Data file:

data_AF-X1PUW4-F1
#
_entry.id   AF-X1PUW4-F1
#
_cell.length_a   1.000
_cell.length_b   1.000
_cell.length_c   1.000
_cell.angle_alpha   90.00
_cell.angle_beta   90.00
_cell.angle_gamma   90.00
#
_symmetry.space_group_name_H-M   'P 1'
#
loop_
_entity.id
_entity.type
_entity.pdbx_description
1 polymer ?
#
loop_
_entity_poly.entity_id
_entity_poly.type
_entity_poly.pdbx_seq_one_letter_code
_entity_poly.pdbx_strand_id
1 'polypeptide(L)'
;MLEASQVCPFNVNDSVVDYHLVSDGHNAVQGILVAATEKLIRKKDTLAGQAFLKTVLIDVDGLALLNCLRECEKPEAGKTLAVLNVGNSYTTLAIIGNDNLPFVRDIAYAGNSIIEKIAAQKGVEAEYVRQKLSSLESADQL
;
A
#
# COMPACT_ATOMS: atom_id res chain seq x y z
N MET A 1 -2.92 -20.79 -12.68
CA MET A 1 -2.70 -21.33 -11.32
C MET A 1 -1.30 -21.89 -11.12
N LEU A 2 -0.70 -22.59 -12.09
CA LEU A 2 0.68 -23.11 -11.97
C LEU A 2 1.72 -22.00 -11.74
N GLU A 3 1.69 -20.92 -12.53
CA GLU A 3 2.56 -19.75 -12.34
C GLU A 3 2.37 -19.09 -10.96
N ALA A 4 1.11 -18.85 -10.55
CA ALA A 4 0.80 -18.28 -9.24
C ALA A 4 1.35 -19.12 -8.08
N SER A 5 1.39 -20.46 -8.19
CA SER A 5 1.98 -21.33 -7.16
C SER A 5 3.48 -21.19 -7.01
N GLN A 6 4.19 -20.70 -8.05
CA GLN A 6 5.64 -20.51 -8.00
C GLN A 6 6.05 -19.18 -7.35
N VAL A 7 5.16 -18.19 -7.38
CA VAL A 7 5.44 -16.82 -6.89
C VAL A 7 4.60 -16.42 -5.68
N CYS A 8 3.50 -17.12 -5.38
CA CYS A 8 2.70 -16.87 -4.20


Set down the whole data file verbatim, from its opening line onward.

data_AF-X1PUW4-F1
#
_entry.id   AF-X1PUW4-F1
#
_cell.length_a   1.000
_cell.length_b   1.000
_cell.length_c   1.000
_cell.angle_alpha   90.00
_cell.angle_beta   90.00
_cell.angle_gamma   90.00
#
_symmetry.space_group_name_H-M   'P 1'
#
loop_
_entity.id
_entity.type
_entity.pdbx_description
1 polymer ?
#
loop_
_entity_poly.entity_id
_entity_poly.type
_entity_poly.pdbx_seq_one_letter_code
_entity_poly.pdbx_strand_id
1 'polypeptide(L)'
;MLEASQVCPFNVNDSVVDYHLVSDGHNAVQGILVAATEKLIRKKDTLAGQAFLKTVLIDVDGLALLNCLRECEKPEAGKTLAVLNVGNSYTTLAIIGNDNLPFVRDIAYAGNSIIEKIAAQKGVEAEYVRQKLSSLESADQL
;
A
#
# COMPACT_ATOMS: atom_id res chain seq x y z
N MET A 1 -2.92 -20.79 -12.68
CA MET A 1 -2.70 -21.33 -11.32
C MET A 1 -1.30 -21.89 -11.12
N LEU A 2 -0.70 -22.59 -12.09
CA LEU A 2 0.68 -23.11 -11.97
C LEU A 2 1.72 -22.00 -11.74
N GLU A 3 1.69 -20.92 -12.53
CA GLU A 3 2.56 -19.75 -12.34
C GLU A 3 2.37 -19.09 -10.96
N ALA A 4 1.11 -18.85 -10.55
CA ALA A 4 0.80 -18.28 -9.24
C ALA A 4 1.35 -19.12 -8.08
N SER A 5 1.39 -20.46 -8.19
CA SER A 5 1.98 -21.33 -7.16
C SER A 5 3.48 -21.19 -7.01
N GLN A 6 4.19 -20.70 -8.05
CA GLN A 6 5.64 -20.51 -8.00
C GLN A 6 6.05 -19.18 -7.35
N VAL A 7 5.16 -18.19 -7.38
CA VAL A 7 5.44 -16.82 -6.89
C VAL A 7 4.60 -16.42 -5.68
N CYS A 8 3.50 -17.12 -5.38
CA CYS A 8 2.70 -16.87 -4.20